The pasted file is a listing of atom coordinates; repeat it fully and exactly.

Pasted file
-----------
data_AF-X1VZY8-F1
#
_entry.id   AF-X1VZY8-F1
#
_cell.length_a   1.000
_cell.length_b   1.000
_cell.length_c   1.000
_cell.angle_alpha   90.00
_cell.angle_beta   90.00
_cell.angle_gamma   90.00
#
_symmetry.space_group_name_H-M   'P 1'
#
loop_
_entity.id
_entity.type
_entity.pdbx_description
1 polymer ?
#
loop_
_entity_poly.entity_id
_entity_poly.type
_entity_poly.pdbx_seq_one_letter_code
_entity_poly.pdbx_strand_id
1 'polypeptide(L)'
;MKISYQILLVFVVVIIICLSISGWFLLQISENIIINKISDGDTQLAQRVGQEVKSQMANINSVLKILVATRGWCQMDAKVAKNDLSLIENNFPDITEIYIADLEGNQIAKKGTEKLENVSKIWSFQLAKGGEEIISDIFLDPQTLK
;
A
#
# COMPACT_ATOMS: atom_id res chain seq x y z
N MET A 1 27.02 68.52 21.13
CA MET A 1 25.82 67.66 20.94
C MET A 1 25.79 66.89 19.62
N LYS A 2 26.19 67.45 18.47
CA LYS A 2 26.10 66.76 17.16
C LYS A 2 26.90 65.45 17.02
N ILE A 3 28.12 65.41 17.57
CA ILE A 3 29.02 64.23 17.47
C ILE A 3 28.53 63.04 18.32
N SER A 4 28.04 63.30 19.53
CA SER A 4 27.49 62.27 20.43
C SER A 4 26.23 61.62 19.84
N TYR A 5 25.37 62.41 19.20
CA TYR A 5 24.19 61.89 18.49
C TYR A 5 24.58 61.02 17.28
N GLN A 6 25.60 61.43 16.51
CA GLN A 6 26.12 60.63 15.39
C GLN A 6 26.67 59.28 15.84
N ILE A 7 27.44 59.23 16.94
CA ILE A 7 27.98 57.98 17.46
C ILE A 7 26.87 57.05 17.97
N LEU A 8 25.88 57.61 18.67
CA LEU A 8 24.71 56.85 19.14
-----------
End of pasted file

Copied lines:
data_AF-X1VZY8-F1
#
_entry.id   AF-X1VZY8-F1
#
_cell.length_a   1.000
_cell.length_b   1.000
_cell.length_c   1.000
_cell.angle_alpha   90.00
_cell.angle_beta   90.00
_cell.angle_gamma   90.00
#
_symmetry.space_group_name_H-M   'P 1'
#
loop_
_entity.id
_entity.type
_entity.pdbx_description
1 polymer ?
#
loop_
_entity_poly.entity_id
_entity_poly.type
_entity_poly.pdbx_seq_one_letter_code
_entity_poly.pdbx_strand_id
1 'polypeptide(L)'
;MKISYQILLVFVVVIIICLSISGWFLLQISENIIINKISDGDTQLAQRVGQEVKSQMANINSVLKILVATRGWCQMDAKVAKNDLSLIENNFPDITEIYIADLEGNQIAKKGTEKLENVSKIWSFQLAKGGEEIISDIFLDPQTLK
;
A
#
# COMPACT_ATOMS: atom_id res chain seq x y z
N MET A 1 27.02 68.52 21.13
CA MET A 1 25.82 67.66 20.94
C MET A 1 25.79 66.89 19.62
N LYS A 2 26.19 67.45 18.47
CA LYS A 2 26.10 66.76 17.16
C LYS A 2 26.90 65.45 17.02
N ILE A 3 28.12 65.41 17.57
CA ILE A 3 29.02 64.23 17.47
C ILE A 3 28.53 63.04 18.32
N SER A 4 28.04 63.30 19.53
CA SER A 4 27.49 62.27 20.43
C SER A 4 26.23 61.62 19.84
N TYR A 5 25.37 62.41 19.20
CA TYR A 5 24.19 61.89 18.49
C TYR A 5 24.58 61.02 17.28
N GLN A 6 25.60 61.43 16.51
CA GLN A 6 26.12 60.63 15.39
C GLN A 6 26.67 59.28 15.84
N ILE A 7 27.44 59.23 16.94
CA ILE A 7 27.98 57.98 17.46
C ILE A 7 26.87 57.05 17.97
N LEU A 8 25.88 57.61 18.67
CA LEU A 8 24.71 56.85 19.14